If you can’t, take heart. God has served notice. All farewells are on the clock. They are filtering like grains of sand through an hourglass. If heaven’s throne room has a calendar, one day is circled in red and highlighted in yellow. God has decreed a family reunion:

The Master himself will give the command. Archangel thunder! God’s trumpet blast! He’ll come down from heaven and the dead in Christ will rise—they’ll go first.


Then the rest of us who are still alive at the time will be caught up with them into the clouds to meet the Master. Oh, we’ll be walking on air! And then there will be one huge family reunion with the Master. (1 Thessalonians 4:16–18 MSG)


LORD, God of Israel, . . . only you are God of all the kingdoms of the earth.

You made the heavens and the earth. I have no one in heaven but you; I want nothing on earth besides you. The

LORD has set his throne in heaven, and his kingdom rules over everything. * I heard a loud voice from the throne,

saying, “Now God’s presence is with

people, and he will live with them, and

they will be his people. God himself will be with them and will be their God.”

2 KINGS 19:15; PSALM 73:25; PSALM 103:19; REVELATION 21:3





Acouple of days ago, twenty thousand of us ran through the streets of San Antonio raising money for breast cancer

research. Most of us ran out of kindness, happy to log three miles and donate a few dollars to the cause.


A few ran in memory of a loved one; others, in honor of a cancer survivor. We ran for different reasons. But no runner was more passionate than one I spotted. A bandanna covered her bald head, and dark circles shadowed her eyes. She had cancer. While we ran out of kindness, she ran out of conviction. She knows how cancer victims feel. She’s been there.


The phrase “I’ve been there” is in the chorus of Christ’s theme song. To the lonely, Jesus whispers, “I’ve been there.” To the discouraged, Christ nods his head and sighs, “I’ve been there.”


Jesus has been there. He experienced “all the pain, all the testing” (Hebrews 2:18, MSG). Jesus was angry enough to purge the temple, hungry enough to eat raw grain, and distraught enough to weep in public.


Whatever you are facing, he knows how you feel.11

You look at tomorrow’s demands, next week’s bills, next month’s silent calendar. Your future looks as barren as the

Sinai Desert. “How can I face my future?”


God knows what you need and where you’ll be. Trust him. Fretting over tomorrow’s problems today siphons the strength you need for now, leaving you anemic and weak.12

Can I share some suggestions to help you get through difficult days?

1. Meet your fears with faith.

Do what my father urged my brother and me to do.


Summertime for the Lucado family always involved a trip from West Texas to the Rocky Mountains. My dad loved to fish for trout on the edge of the white-water rivers. Yet he knew that the currents were dangerous and his sons could be careless. Upon arrival we’d scout out the safe places to cross the river. He’d walk us down the bank until we found a line of stable rocks. He was even known to add one or two to compensate for our short strides.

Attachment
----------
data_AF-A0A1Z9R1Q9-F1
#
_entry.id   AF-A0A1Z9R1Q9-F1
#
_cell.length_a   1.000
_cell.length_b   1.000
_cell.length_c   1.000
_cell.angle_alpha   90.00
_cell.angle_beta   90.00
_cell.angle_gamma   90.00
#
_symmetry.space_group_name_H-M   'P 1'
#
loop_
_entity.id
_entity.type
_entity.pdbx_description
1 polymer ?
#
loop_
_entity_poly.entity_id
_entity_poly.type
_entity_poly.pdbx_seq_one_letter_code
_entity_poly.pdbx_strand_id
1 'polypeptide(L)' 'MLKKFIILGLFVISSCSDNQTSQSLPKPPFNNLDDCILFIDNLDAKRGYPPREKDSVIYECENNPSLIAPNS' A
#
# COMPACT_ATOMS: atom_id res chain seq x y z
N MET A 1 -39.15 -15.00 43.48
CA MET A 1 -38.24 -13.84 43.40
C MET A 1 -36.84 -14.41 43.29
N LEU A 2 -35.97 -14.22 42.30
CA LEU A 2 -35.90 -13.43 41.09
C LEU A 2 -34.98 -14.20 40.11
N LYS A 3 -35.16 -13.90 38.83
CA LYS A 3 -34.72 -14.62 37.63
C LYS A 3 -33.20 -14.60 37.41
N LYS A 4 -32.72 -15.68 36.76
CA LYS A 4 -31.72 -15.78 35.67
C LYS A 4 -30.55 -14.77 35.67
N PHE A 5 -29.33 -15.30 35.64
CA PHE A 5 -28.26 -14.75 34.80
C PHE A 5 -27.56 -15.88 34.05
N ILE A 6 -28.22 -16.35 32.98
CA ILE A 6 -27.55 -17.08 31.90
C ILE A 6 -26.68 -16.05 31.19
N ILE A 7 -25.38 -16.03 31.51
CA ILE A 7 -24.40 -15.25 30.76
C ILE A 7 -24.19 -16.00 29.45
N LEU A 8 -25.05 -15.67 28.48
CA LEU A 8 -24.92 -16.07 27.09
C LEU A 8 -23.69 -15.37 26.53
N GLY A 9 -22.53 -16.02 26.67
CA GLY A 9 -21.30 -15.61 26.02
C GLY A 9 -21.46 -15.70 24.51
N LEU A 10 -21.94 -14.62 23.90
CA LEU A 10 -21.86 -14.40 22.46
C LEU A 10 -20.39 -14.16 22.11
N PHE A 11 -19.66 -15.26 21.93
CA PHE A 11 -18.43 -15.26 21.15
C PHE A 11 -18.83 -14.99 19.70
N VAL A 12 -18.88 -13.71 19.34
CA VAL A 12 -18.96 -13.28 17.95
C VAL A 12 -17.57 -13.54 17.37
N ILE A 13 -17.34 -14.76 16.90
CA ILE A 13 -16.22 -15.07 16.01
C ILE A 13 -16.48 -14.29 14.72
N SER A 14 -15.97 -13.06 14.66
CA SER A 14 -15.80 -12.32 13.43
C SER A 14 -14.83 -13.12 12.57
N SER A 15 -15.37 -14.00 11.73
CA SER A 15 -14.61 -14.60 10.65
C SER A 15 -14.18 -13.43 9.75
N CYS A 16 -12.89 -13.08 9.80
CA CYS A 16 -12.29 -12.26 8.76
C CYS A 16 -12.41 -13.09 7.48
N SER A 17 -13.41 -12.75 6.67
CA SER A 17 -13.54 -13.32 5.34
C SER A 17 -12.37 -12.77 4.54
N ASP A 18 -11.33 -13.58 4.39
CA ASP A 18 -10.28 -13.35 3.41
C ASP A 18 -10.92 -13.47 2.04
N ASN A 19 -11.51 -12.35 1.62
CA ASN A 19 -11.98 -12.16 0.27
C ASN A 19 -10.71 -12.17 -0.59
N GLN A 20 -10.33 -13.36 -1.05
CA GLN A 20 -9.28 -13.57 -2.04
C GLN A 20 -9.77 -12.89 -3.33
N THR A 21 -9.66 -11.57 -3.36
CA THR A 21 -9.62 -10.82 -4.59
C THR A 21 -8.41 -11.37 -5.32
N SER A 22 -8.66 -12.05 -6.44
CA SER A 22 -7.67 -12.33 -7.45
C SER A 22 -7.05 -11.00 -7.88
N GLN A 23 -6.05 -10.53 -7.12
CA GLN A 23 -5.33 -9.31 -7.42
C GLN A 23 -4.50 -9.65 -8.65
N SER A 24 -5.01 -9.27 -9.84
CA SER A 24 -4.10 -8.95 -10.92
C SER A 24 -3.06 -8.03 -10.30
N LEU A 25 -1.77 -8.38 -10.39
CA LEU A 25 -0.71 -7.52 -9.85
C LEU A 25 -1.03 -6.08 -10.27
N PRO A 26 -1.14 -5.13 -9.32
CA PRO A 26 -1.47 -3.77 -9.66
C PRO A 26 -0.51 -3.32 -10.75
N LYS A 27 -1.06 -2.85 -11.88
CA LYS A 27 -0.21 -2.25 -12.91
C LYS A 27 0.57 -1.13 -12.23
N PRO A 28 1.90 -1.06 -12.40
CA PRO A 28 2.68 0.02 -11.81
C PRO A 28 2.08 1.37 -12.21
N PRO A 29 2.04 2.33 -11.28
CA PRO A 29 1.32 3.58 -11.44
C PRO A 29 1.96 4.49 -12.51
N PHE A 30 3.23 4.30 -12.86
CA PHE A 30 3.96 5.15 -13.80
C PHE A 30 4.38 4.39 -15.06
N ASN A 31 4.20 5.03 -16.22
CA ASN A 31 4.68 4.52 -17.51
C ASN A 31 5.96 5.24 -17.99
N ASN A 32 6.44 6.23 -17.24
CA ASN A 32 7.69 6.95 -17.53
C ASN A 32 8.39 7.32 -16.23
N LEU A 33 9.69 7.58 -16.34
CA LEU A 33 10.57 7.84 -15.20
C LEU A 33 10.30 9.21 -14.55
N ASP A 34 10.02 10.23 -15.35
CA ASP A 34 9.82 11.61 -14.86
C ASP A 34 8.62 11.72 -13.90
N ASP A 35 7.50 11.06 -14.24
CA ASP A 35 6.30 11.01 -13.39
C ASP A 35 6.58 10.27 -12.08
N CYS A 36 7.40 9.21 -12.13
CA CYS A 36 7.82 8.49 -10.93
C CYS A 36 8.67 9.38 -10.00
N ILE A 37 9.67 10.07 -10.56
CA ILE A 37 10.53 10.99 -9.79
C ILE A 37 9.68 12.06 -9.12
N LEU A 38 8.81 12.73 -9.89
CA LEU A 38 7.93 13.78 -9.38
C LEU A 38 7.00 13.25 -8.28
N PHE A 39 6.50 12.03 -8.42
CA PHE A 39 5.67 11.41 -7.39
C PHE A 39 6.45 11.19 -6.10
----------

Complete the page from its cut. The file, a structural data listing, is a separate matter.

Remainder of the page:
As we watched, he’d test the stones, knowing if they held him, they’d hold us. Once on the other side, he’d signal for us to follow.

“Don’t be afraid,” he could have said. “Trust me.”

Does a river of fear run between you and Jesus? Cross over to him.

Believe he can. Believe he cares.13

2.   Go back to the Bible stories.

Read them again and again. Be reminded that you aren’t the first person to weep. And you aren’t the first person to be helped.

Read the story and remember, their story is yours!

The challenge too great? Read the story. That’s you crossing the Red Sea with Moses.

Too many worries? Read the story. That’s you receiving heavenly food with the Israelites.

Your wounds too deep? Read the story. That’s you, Joseph, forgiving your brothers for betraying you.14

3.   Stir the pot of prayer.

Let’s say a stress stirrer comes your way. The doctor decides you need an operation. She detects a lump and thinks it best that you have it removed. So there you are, walking out of her office. You’ve just been handed this cup of anxiety. What are you going to do with it? You can place it in one of two pots.

You can dump your bad news in the vat of worry and pull out the spoon. Turn on the fire. Stew on it. Stir it. Mope for a while. Brood for a time. Won’t be long before you’ll have a delightful pot of pessimism.

How about a different idea? The pot of prayer. Before the door of the doctor’s office closes, give the problem to God. “I receive your lordship. Nothing comes to me that hasn’t passed through you.”

Your part is prayer and gratitude.

God’s part? Peace. “You will experience God’s peace, which exceeds anything we can understand. His peace will guard your hearts and minds as you live in Christ Jesus” (Philippians

4:7 NLT).15

Finally, I want to encourage you to remember that God is involved in your life. He will take care of you. Why is it important to remember this? Because knowing that God is in charge counterbalances the mystery of why and how.

God is plotting for our good. In all the setbacks and slipups, he is ordaining the best for our future. Every event of our day is designed to draw us toward our God and our destiny.

“[God] works out everything in conformity with the purpose of his will” (Ephesians 1:11 NIV). Everything means everything. No exceptions.

He will carry you through.


LORD my God, you have done many miracles. Your plans for us are many. If I tried to tell them all, there would be too many to count.